Skip to main content
Research article - Peer-reviewed, 2003

More visitors, less crowding: Change and stability of norms over time at the Apostle Islands

Kuentzel, WF; Heberlein, TA


Most recreation carrying capacity management is informed by cross-sectional research. But, what happens when visitor composition and perceptions change? This study used a longitudinal design to examine the relationships between changing visitor characteristics, behaviors, normative standards, and perceived crowding at the Apostle Islands National Lakeshore. Annual visitors more than doubled between 1975 and 1985, yet the perception of crowding among boaters decreased. This was due to a change in the norm: Boaters in 1985 preferred more encounters. This increasing preference for encounters was largely unexplained by changes in the visitor population, most notably a 34% increase in visitors who chartered sailboats. Between 1985 and 1997, preferences for encounters remained stable, but perceived crowding increased as the boater population aged, boat ownership increased, and visitor experience increased. None of these changes in the visitor population, however, influenced preferred encounters. One hypothesis to explain these processes of norm change and stability is that norms follow use levels, which if correct would challenge the use of norms in capacity determinations. An alternative hypothesis is that boating in the Apostle Islands was a new activity in this place, and that norms were being established during the first period and applied during the second. Our data show that one cannot assume crowding perceptions will increase as visitor numbers increase. Neither can one expect crowding perceptions to remain stable if visitor numbers are constant. Consequently, developing capacities based on a normative model requires continual monitoring of both norms and perceived crowding.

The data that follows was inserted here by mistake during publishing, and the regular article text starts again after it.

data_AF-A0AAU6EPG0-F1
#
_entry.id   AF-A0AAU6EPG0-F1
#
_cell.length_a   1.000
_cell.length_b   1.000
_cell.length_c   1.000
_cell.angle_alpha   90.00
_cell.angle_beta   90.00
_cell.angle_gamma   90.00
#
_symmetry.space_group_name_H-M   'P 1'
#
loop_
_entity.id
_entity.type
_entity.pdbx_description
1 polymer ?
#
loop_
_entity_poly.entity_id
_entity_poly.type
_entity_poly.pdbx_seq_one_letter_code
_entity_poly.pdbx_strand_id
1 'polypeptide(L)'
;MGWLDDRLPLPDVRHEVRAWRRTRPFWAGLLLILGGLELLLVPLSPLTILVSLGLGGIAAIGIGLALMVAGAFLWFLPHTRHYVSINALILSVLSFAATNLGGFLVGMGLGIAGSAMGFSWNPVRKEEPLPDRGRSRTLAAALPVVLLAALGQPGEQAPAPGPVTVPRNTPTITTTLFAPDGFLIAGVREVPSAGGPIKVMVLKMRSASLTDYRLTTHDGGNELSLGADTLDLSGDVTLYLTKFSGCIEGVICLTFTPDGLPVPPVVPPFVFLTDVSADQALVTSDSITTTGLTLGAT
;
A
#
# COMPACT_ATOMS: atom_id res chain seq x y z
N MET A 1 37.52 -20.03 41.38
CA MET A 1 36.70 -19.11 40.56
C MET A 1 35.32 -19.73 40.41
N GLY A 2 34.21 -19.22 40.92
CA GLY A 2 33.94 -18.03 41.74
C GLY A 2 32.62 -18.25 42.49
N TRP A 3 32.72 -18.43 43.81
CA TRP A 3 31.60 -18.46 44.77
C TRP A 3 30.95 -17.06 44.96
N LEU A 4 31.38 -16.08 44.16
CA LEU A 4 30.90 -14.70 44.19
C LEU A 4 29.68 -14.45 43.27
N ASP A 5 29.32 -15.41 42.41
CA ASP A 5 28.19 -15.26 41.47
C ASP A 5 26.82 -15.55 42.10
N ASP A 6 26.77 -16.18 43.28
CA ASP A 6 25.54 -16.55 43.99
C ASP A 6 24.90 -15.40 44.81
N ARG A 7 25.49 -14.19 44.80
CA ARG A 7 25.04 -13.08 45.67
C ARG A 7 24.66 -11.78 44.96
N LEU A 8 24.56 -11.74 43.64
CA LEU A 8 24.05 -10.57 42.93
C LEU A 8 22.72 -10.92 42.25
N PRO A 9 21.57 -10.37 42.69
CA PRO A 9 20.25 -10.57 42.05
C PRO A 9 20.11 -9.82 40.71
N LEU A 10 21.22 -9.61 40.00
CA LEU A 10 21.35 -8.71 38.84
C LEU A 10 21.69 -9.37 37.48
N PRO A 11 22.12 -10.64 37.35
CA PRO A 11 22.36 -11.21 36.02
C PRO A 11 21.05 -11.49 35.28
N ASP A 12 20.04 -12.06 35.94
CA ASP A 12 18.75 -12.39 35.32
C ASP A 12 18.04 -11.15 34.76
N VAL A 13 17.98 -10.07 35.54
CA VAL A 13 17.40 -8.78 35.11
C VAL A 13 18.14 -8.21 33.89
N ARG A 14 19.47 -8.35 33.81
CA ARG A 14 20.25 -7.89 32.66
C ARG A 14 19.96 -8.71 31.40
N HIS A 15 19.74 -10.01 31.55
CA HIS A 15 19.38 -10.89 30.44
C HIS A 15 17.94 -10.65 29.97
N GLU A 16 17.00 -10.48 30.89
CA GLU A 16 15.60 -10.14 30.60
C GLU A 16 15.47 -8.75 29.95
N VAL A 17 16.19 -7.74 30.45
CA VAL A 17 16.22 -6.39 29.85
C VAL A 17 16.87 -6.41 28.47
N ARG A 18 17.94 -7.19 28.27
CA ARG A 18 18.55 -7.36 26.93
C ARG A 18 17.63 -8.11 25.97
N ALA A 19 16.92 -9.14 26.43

aging; chartering; encounter preferences; longitudinal data; norms; perceived crowding; trends

Published in

Journal of Leisure Research
2003, volume: 35, number: 4, pages: 349-371

Authors' information

Kuentzel, Walter F.
University of Vermont
Heberlein, Thomas
University of Wisconsin-Madison

UKÄ Subject classification

Sociology (excluding Social work, Social Psychology and Social Anthropology)
Forest Science

URI (permanent link to this page)